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  9. Daniel Mosquin

    Daniel Mosquin Paragon of Plants UBC Botanical Garden Forums Administrator Forums Moderator 10 Years

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  10. wcutler

    wcutler Paragon of Plants Forums Moderator VCBF Cherry Scout 10 Years

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    Nice to have a name for that.

    Andrey Zharkikh posted a photo on flickr of a tomato with sprouts protruding from its skin. You can see in the neighbouring photo that's happening with at least four of the tomatoes in the package of six. [edited: the Wikipedia article does make it clear that you would not really call it vivipary when it's an abnormal occurrence like this].
     
  11. Michael F

    Michael F Paragon of Plants Forums Moderator 10 Years

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    Yes, they are; it is so highly improbable that any other seeds would be able to reach that location in that density as to be impossible.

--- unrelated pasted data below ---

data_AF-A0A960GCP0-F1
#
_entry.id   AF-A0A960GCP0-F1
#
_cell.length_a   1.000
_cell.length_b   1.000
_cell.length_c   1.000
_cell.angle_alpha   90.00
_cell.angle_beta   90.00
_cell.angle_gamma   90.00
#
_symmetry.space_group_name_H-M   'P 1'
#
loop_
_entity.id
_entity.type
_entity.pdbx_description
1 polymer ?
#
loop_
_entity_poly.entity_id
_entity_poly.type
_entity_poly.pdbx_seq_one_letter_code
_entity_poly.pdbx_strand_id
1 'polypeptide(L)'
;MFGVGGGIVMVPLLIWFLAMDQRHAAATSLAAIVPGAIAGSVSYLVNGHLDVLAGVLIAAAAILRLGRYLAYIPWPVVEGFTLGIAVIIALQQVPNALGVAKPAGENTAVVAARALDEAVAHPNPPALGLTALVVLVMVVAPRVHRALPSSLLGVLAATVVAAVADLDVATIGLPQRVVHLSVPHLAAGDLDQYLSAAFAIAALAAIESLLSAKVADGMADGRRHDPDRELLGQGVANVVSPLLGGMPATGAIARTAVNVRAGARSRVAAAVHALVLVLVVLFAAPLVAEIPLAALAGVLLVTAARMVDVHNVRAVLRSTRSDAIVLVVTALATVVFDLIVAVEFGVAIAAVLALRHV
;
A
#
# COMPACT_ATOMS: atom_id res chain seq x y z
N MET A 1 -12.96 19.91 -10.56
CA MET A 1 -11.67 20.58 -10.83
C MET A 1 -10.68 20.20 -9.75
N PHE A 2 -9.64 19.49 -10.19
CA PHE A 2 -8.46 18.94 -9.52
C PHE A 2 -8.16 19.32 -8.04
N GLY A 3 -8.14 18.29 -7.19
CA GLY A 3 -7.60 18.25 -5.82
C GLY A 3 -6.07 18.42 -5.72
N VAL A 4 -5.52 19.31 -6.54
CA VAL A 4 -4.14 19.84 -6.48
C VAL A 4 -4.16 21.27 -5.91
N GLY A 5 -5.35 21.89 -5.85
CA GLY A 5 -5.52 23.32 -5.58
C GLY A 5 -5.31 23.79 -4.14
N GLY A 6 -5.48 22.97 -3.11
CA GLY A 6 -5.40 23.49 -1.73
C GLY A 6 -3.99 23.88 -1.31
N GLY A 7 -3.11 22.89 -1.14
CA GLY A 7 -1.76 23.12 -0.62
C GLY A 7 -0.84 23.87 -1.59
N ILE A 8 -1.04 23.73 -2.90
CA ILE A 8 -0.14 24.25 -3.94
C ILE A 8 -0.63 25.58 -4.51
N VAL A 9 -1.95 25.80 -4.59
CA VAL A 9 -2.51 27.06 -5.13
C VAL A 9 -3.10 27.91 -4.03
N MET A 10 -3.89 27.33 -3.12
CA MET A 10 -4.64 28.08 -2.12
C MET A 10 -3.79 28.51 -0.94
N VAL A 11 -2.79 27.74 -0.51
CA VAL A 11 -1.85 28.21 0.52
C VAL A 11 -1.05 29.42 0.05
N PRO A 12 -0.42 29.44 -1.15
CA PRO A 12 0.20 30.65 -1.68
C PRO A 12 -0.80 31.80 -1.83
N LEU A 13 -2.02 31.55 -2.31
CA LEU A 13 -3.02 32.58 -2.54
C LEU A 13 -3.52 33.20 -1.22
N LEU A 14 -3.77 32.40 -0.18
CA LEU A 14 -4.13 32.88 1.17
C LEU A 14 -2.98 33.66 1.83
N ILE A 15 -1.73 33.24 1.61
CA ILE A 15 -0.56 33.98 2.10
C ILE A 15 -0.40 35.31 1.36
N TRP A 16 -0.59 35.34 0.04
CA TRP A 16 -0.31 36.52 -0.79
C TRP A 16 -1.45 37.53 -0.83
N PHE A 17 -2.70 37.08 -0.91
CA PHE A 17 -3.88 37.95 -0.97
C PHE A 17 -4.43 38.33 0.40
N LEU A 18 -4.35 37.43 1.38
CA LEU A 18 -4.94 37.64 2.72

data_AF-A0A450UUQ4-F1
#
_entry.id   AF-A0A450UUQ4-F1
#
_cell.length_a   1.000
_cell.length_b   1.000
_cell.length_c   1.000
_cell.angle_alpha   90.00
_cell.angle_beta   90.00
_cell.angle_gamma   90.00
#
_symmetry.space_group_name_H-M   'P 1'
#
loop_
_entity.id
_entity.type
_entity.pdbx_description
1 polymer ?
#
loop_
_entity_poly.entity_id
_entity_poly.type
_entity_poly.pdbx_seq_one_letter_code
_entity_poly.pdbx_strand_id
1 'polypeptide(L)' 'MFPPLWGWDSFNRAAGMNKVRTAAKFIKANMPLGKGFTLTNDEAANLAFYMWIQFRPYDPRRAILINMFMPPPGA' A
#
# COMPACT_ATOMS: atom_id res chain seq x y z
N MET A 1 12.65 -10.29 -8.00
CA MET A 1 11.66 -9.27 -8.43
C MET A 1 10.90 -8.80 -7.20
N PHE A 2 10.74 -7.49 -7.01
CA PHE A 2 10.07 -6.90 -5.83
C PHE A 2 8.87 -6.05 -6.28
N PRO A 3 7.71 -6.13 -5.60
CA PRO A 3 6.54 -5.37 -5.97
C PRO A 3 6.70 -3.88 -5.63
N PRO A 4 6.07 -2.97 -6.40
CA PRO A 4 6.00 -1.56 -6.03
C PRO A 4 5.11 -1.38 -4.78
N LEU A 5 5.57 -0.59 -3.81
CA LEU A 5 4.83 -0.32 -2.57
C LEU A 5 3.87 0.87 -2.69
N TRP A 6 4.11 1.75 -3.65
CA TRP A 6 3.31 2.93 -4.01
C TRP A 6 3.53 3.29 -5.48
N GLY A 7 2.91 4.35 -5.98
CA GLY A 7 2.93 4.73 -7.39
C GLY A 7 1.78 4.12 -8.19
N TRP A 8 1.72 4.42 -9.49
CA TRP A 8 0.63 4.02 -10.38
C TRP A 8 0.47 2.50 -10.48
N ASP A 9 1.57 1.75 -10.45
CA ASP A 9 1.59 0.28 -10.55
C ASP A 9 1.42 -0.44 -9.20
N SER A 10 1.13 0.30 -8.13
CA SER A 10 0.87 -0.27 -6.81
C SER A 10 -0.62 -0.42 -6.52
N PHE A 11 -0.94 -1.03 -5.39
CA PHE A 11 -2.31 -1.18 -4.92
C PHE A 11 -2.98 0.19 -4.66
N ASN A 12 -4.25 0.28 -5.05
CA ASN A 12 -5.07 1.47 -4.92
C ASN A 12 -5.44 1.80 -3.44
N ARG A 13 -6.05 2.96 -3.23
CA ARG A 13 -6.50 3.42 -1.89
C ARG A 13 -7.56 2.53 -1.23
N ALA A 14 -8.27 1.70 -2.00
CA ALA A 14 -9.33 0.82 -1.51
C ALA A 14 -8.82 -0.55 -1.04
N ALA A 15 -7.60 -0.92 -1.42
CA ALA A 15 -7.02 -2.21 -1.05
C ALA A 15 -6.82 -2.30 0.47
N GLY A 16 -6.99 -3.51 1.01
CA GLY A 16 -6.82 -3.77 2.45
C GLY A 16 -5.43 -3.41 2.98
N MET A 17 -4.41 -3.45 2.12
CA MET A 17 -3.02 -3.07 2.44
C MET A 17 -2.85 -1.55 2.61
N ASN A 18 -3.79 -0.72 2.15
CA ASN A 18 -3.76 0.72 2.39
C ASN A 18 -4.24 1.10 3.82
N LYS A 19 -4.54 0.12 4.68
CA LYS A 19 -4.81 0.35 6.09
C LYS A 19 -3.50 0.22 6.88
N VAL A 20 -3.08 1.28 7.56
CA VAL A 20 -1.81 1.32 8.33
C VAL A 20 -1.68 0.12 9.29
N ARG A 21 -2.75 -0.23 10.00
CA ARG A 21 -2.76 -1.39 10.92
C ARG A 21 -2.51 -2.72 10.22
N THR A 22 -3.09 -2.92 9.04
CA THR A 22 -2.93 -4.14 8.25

I think this one would fit the comment there "the seeds can be found already germinated while the fruit goes overripe; strictly speaking this condition cannot be described as vivipary". Those seedlings are not going to survive with no soil access, so it is an evolutionary dead-end.

    I wonder if US native birds have not yet evolved the ability to take the seeds? Here, Golfinches (Carduelis carduelis) take the seeds avidly, and also drop a lot accidentally; those dropped seeds would have a good chance on survival.
     
  12. Gordon in PDX

    Gordon in PDX Member

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    What about airborne seeds from neighboring teasels? Seems a possibility given their form factor:

    http://www.flickr.com/photos/mikfoz/3933312303/

    The American Goldfinch is said to be common at this refuge in spring and summer, but rare in fall and winter. They'll eat teasel seeds but I don't know if we had a normal migration of them come through this year.
     
  13. Michael F

    Michael F Paragon of Plants Forums Moderator 10 Years